During the 17th and 18th centuries there was a revolution known as the enlightenment. At that time, the world witnessed a huge development in science and humanities. One of the causes of this enlightenment era was coffee, more particularly coffeehouses. Coffeehouses at that time used to be places where people would go to receive the latest news, discuss ideas and build businesses. At some places the discussions would be so progressive that they would get the nickname Penny Universities.
A few hundred years later coffeehouses saw a change in their purpose, that is they are now mostly known as coffee shops, even though there are some exceptions. The same places are also not considered as fit for intellectual discussions. Rather they are known as places people go to consume coffee while discussing daily life or places where people are glued down to their phones and laptops finishing their online work.
This change brings the inevitable question: Were the old coffee houses better than the current coffee shops?
That is a hard question to answer. Most of the aspects from the old coffee houses seem to be better, except one crucial detail. That detail is simply the presence of libraries in some coffee shops. The printing press may have already been invented during the time of enlightenment, but the vast distribution of books did not come until a lot later. The combination of libraries and the vast difference between the knowledge of the time and the present is one of the main reasons why answering the question is a difficult task.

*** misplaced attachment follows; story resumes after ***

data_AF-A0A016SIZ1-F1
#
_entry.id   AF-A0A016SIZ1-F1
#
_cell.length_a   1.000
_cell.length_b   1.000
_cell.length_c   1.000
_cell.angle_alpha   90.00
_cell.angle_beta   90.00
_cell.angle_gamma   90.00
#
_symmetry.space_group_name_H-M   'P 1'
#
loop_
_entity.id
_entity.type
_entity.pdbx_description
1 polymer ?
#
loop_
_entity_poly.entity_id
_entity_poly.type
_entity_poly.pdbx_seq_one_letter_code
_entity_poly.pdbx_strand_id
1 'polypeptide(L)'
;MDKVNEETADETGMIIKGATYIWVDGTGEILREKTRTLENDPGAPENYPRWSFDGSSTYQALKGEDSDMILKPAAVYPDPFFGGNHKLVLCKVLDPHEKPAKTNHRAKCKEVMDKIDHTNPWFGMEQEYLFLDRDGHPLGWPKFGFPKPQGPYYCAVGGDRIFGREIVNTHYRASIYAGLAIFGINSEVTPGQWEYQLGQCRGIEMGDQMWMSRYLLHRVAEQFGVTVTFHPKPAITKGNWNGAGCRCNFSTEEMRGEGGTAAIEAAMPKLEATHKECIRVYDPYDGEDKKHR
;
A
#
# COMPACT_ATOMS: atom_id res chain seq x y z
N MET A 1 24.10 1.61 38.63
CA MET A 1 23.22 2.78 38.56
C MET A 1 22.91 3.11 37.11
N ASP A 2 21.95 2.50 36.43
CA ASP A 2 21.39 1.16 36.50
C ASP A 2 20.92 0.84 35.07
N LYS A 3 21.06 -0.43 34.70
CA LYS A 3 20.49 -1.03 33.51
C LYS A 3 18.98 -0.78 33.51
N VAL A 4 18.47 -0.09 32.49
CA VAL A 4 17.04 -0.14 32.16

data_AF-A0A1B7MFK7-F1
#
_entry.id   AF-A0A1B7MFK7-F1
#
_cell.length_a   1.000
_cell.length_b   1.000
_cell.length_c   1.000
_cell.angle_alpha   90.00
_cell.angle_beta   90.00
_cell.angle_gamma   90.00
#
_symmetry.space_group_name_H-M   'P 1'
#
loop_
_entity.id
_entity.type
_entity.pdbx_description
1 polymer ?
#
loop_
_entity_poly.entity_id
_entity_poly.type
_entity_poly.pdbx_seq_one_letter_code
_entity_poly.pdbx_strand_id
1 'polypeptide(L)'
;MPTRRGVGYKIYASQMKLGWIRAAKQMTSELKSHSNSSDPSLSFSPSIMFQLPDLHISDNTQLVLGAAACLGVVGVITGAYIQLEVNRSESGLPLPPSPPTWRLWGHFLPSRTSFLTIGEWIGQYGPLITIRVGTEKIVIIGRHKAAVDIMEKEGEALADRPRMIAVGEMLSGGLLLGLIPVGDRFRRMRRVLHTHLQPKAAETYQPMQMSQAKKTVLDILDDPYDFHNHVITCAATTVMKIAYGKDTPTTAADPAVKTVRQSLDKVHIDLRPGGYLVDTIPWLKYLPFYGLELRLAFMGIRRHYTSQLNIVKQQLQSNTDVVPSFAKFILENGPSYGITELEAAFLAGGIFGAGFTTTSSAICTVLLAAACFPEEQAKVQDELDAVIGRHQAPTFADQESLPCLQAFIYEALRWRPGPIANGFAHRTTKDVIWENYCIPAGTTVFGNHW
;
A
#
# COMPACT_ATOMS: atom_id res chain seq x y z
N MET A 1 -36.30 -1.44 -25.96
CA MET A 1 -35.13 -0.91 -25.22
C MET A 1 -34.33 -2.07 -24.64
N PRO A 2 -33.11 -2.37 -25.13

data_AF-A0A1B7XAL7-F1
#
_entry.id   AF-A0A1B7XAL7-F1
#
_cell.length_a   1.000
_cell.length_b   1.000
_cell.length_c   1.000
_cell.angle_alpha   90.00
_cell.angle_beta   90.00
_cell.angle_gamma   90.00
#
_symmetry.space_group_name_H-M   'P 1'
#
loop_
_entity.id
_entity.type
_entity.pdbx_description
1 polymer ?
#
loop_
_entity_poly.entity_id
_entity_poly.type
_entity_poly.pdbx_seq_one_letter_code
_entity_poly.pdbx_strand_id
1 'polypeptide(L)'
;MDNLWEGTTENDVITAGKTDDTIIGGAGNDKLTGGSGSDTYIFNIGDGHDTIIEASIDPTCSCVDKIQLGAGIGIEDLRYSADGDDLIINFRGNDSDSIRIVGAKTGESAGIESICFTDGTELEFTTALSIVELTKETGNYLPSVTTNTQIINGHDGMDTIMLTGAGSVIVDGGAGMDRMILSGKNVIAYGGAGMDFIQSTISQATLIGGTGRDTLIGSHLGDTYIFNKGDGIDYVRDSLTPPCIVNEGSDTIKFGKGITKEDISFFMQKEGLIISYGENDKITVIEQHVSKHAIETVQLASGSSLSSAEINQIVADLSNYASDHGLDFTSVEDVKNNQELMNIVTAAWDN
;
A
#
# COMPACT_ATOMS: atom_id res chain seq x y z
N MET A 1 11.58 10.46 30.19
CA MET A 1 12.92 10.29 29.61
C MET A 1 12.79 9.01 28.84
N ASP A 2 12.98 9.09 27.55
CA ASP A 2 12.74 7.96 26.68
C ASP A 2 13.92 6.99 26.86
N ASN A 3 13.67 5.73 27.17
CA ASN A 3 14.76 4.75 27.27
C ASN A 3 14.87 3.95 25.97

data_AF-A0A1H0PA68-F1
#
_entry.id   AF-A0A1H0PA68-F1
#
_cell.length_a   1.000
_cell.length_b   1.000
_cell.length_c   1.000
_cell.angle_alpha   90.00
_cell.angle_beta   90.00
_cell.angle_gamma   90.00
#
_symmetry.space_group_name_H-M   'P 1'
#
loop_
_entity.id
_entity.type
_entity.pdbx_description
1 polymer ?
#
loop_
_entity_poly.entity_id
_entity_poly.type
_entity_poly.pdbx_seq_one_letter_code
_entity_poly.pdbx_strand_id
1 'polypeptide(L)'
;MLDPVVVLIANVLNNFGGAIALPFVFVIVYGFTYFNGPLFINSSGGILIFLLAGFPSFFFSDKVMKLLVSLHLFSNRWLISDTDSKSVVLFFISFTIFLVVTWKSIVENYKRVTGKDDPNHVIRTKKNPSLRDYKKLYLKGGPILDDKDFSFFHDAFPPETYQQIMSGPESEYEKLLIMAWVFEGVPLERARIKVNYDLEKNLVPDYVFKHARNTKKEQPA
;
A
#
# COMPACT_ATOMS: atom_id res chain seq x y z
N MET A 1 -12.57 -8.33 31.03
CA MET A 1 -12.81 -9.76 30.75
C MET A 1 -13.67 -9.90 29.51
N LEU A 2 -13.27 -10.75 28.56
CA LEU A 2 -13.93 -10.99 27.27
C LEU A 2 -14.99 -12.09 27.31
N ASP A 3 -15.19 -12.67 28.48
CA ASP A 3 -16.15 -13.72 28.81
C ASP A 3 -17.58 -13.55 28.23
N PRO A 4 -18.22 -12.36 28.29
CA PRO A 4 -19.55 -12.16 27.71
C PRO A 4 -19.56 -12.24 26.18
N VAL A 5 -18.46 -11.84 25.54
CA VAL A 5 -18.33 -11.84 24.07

In Prishtina there are coffee shops which have small libraries of their own which are open to the public either to read or to buy the book from the coffee shop directly. In this study we tried to identify coffee shops in Prishtina by taking into account the books present in their libraries. The goal is to establish an identity to the coffee shops, and a second goal to be able to map the kind of books distributed throughout non-official mini libraries.
In search for books…
For this research we contacted fifteen different coffee shops which had libraries. Coffee shops were defined as places where any kind of coffee or drink were served continuously throughout the year or only during specific events. From 15 different coffee shops being contacted only six gave the permission to register their books to our database, four of them said that they would contact us back but did not, while five others refused to participate. From six coffee shops that we analyzed, two of them wanted to remain anonymous.